your trem and should have a much easier time your local guitar tech.
keeping your guitar in tune.



Lean, Mean Series Wiring for Telecasters


T ele players often ask about adding series

wiring to their instruments—a mod that
lets you access a powerful tone when
you engage both pickups. On a stock Tele,
the pickups are connected in parallel when
is to replace the standard 3-way pickup
selector with a 4-way switch. This keeps the
three familiar switching positions untouched
and simply adds a new sound in switching
position #4. I explained how to do this mod in
you use them together, but if you run them in “Telecaster Series Wiring,” which you’ll find on
series instead, the resulting output is hotter and (I think it’s the most useful
louder, and this makes it much easier to drive Telecaster mod ever.) In that same column, I
your amp into saturation. also describe an alternative scheme that uses a
There are several ways to mod your Telecaster second 2PDT switch to connect both pickups
for series wiring. The most common approach together in series, while overriding the setting of

Fig. 1

Schematic courtesy


the stock 3-way switch. But not everyone wants are other ways to accomplish the mod, but this
to swap their 3-way selector for a 4-way unit or is my favorite because it’s simple to wire and you
add that extra 2PDT switch. Fair enough. can easily reverse the mod or upgrade to a 4-way
If you crave that powerful dual-pickup switching system at a later date. And the beauty
tone, yet want to maintain the Tele’s glorious of this is we still have the familiar operation of
simplicity, why not simply configure the 3-way a standard Telecaster 3-way selector. The only
switch’s middle position to connect the bridge change is the new sound for the middle position;
and neck pickups in series? Yes, you’ll lose the other two settings are not affected.
the old middle position with both pickups in While we’re discussing Tele wiring, I’d like to
parallel, but if the series connection is all you make a point about grounding. Typically, you’ll
need, this wiring is for you. You’ll be one click see the two pots being connected to ground by
away from a hot series tone—a solo preset in running a wire from the volume pot’s case to the
the switch’s middle position. tone pot’s case, and then soldering the string-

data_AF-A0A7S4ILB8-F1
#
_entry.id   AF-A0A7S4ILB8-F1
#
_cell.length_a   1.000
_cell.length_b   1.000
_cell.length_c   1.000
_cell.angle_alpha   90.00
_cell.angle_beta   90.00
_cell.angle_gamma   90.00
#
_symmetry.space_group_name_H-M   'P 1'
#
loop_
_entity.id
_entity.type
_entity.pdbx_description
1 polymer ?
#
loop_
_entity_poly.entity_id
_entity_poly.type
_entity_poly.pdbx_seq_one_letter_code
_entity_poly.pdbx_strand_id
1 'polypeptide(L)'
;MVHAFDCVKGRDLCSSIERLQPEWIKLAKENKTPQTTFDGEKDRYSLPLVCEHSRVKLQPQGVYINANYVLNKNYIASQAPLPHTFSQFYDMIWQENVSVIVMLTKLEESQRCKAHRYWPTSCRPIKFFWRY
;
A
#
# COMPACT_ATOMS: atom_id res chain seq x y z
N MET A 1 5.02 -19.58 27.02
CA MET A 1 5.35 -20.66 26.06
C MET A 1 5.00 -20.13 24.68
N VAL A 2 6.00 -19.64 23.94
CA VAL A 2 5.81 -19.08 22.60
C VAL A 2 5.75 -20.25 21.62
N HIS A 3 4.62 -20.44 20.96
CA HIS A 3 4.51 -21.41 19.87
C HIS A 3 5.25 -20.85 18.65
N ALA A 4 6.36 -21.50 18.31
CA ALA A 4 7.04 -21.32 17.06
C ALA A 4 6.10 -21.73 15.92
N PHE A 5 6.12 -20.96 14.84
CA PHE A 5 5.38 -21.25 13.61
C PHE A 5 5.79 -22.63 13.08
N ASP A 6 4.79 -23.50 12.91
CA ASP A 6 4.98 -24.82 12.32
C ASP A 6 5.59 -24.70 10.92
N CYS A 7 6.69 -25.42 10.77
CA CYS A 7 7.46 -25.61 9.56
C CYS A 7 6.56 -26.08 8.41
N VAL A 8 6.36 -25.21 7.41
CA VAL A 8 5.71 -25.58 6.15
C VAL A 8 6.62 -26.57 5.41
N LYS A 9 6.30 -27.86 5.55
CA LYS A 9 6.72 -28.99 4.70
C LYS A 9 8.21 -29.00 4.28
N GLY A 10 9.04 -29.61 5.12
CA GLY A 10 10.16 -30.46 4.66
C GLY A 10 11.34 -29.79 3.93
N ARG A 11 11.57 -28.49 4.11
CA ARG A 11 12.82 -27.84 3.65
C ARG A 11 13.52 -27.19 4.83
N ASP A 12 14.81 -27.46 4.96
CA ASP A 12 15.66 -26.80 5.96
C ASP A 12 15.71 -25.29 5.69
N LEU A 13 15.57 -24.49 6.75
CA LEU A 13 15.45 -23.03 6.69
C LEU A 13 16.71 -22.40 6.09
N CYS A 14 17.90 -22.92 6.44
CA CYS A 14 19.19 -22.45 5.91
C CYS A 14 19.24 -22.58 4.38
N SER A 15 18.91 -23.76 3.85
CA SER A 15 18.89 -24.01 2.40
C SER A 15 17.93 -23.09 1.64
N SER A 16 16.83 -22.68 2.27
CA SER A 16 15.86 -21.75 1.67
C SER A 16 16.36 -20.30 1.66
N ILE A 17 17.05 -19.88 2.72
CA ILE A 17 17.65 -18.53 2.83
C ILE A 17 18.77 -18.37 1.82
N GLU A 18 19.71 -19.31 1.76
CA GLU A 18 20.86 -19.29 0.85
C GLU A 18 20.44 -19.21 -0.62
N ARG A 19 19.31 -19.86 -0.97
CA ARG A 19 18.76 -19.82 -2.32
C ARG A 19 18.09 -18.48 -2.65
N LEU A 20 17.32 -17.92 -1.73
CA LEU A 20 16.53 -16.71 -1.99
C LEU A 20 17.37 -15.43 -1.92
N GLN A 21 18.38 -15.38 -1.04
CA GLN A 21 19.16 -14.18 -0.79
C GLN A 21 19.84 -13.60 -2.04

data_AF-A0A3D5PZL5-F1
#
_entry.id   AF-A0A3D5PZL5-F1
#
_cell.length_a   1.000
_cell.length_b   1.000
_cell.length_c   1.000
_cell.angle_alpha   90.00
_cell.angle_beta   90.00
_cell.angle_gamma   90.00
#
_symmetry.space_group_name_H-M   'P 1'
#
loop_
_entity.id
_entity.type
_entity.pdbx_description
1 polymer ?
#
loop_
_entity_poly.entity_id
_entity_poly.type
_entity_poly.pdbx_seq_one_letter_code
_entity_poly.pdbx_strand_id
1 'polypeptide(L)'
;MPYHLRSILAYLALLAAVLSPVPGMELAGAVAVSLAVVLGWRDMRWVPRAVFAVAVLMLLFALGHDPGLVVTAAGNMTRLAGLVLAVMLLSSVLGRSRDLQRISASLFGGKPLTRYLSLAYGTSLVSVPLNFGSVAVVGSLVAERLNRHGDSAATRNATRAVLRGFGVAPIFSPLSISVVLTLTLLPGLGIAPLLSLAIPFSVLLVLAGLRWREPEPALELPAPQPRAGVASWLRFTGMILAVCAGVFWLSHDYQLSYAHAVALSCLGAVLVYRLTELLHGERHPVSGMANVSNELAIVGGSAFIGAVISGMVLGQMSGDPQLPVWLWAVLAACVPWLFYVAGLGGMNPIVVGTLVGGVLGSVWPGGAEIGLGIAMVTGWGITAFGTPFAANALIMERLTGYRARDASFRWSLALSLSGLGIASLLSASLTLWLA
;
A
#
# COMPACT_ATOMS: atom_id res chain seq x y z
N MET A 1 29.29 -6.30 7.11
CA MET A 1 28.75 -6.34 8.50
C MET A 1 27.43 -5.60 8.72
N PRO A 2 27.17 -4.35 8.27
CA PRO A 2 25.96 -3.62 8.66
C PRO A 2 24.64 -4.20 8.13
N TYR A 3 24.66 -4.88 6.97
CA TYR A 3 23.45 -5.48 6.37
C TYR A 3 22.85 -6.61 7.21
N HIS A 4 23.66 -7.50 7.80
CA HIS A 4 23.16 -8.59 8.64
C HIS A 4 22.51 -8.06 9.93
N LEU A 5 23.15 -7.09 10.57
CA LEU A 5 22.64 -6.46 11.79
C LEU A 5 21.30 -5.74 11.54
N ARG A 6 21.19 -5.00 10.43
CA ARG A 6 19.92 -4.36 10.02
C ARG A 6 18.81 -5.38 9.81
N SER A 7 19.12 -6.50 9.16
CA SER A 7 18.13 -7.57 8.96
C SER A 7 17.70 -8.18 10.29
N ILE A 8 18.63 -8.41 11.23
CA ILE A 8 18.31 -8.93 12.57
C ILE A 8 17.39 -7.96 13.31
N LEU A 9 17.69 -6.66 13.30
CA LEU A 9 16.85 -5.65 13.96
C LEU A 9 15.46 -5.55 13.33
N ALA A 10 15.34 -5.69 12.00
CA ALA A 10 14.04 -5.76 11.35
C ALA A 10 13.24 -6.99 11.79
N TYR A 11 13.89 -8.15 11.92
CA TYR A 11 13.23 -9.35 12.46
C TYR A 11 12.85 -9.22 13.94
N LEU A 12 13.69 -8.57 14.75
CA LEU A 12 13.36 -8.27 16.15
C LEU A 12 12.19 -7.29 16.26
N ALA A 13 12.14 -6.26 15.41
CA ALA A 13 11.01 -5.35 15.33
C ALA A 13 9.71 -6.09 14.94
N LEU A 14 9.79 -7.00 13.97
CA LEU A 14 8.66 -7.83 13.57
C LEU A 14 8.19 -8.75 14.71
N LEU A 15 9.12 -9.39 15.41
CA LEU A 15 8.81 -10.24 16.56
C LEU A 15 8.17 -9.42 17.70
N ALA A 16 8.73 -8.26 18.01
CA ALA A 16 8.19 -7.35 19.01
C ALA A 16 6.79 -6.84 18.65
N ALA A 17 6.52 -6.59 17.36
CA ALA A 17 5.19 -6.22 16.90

The new switching matrix for the 3-way grounding wire that’s installed underneath the
switch looks like this: bridge to the case of one of the two pots. When
you use a standard Telecaster control plate
• Position #1: bridge pickup alone made from conductive metal, you already have
• Position #2: both pickups in series a kind of natural grounding and you can skip
• Position #3: neck pickup alone the wire connecting one pot to the other. Just
connect the string-grounding wire to the case
To begin this mod, you must first check if of one of the pots and you’re done. Why? When
the neck pickup’s metal cover is connected the pots and switch are installed on the control
to ground—which is the case for almost all plate with their metal parts touching the metal
standard Telecaster neck pickups. If so, you’ll control plate, they create a perfect grounding
have to break this connection and solder a system. This applies not only to Telecasters,
third, new ground wire to the metal cover. We but all pickguards and control plates made of
covered this before in “Preparing Your Tele conductive metal. To confirm this, simply set a
for Future Mods,” which you’ll also find at digital multimeter to continuity and place both If you have a Strat pickup, probes on the metal pieces you want to check. If
a P-90, or some similar single-coil in the neck the DMM shows continuity, you’ve won. If not,
position, you can skip this step. For all other then ground your pots or glue a piece of copper
pickups sporting a metal cover that’s connected foil underneath the pickguard or control plate to
to the pickup’s ground, you’ll need to break this add conductivity.
connection before you proceed. This series wiring offers another benefit when
Fig. 1 shows the wiring, which looks familiar you use a conductive control plate: The lug on
but is a bit more complex than standard the 3-way switch that’s connected to ground
Telecaster’s wiring. The important detail here is only needs a short bare jumper wire soldered
to connect the hot wire from the neck pickup to to it. Simply clamp the other end of the jumper
the volume pot’s input lug, rather than directly to between the 3-way switch’s metal frame and the